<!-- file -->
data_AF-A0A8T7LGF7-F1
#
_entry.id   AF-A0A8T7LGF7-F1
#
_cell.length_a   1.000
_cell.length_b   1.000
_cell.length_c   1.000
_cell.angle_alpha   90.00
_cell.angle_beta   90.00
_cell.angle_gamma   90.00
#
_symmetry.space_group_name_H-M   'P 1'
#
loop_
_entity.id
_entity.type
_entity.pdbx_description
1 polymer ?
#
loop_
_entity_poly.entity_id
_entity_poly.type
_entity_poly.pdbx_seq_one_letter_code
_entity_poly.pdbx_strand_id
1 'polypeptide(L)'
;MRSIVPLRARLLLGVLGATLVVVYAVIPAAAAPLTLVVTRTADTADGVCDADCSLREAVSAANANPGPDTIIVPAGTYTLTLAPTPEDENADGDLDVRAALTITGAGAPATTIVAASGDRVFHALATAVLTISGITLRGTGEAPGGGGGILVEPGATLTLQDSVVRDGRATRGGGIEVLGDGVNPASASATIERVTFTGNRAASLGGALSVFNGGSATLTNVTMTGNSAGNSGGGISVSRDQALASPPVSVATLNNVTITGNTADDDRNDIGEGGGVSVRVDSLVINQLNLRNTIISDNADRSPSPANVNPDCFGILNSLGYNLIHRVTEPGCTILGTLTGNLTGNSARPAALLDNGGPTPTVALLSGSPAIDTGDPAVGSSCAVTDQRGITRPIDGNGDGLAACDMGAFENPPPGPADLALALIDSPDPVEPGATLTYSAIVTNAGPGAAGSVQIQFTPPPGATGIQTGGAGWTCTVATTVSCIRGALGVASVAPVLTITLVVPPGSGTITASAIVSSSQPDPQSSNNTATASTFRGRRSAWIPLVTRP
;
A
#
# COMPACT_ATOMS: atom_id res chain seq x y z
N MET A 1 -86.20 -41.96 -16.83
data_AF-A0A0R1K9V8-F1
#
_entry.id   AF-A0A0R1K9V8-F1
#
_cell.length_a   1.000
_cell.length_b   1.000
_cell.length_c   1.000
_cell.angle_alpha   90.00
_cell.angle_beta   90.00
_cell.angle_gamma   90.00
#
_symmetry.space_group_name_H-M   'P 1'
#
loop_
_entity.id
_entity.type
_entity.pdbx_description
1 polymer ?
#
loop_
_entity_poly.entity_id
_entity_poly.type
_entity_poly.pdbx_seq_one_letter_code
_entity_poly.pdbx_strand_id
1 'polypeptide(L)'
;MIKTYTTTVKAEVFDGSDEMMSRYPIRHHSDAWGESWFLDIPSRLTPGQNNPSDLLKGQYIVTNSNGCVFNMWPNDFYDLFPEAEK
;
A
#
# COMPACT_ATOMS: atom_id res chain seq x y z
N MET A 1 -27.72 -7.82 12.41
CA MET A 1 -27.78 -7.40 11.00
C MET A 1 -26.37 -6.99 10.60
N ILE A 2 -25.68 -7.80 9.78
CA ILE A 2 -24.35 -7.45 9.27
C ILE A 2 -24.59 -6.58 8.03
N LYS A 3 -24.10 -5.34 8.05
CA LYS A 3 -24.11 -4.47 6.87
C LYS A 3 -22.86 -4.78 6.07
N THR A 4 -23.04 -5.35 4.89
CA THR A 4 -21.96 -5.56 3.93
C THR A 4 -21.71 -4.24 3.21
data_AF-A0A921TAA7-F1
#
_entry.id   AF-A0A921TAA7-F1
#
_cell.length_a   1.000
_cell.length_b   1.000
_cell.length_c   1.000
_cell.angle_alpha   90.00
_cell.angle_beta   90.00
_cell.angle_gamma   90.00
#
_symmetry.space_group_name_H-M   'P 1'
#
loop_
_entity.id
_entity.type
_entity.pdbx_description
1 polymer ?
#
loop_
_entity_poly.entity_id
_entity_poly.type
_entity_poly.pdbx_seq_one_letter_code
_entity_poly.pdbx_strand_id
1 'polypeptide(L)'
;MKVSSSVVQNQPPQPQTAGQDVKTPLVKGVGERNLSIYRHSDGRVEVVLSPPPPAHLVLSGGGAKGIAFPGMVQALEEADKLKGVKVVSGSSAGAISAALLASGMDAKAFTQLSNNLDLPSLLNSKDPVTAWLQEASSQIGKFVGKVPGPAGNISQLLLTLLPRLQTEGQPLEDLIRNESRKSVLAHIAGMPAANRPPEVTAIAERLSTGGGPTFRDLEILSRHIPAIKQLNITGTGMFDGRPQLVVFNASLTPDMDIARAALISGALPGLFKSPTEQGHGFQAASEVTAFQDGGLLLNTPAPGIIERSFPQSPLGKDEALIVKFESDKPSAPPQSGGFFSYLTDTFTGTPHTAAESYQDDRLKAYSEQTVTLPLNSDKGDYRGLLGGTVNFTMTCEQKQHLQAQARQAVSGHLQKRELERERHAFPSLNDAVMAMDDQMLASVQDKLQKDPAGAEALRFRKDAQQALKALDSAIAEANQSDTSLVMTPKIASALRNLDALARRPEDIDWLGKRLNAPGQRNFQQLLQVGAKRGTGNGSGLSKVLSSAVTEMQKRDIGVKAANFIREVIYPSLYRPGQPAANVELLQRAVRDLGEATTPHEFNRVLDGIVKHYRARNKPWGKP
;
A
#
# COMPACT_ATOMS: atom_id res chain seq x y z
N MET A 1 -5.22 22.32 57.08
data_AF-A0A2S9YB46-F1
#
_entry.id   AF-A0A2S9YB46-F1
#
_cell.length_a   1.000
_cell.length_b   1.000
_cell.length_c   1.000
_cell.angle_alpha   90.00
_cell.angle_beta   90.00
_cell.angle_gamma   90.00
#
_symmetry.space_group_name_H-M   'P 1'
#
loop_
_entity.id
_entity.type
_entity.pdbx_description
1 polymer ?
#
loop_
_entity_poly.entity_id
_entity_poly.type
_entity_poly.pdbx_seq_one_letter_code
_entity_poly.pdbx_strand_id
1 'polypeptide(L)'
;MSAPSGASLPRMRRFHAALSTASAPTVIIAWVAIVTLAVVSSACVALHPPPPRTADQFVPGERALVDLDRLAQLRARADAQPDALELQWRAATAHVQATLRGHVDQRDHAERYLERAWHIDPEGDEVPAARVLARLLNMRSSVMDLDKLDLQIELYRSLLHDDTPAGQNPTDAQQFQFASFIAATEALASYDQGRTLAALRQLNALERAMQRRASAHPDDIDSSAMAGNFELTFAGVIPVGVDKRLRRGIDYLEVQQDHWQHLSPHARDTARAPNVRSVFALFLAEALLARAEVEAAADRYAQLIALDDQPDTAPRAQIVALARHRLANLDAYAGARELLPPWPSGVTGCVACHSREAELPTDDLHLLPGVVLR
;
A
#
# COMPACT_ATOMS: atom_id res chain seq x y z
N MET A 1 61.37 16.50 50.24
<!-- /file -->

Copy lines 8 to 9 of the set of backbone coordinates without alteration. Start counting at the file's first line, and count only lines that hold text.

_cell.angle_alpha   90.00
_cell.angle_beta   90.00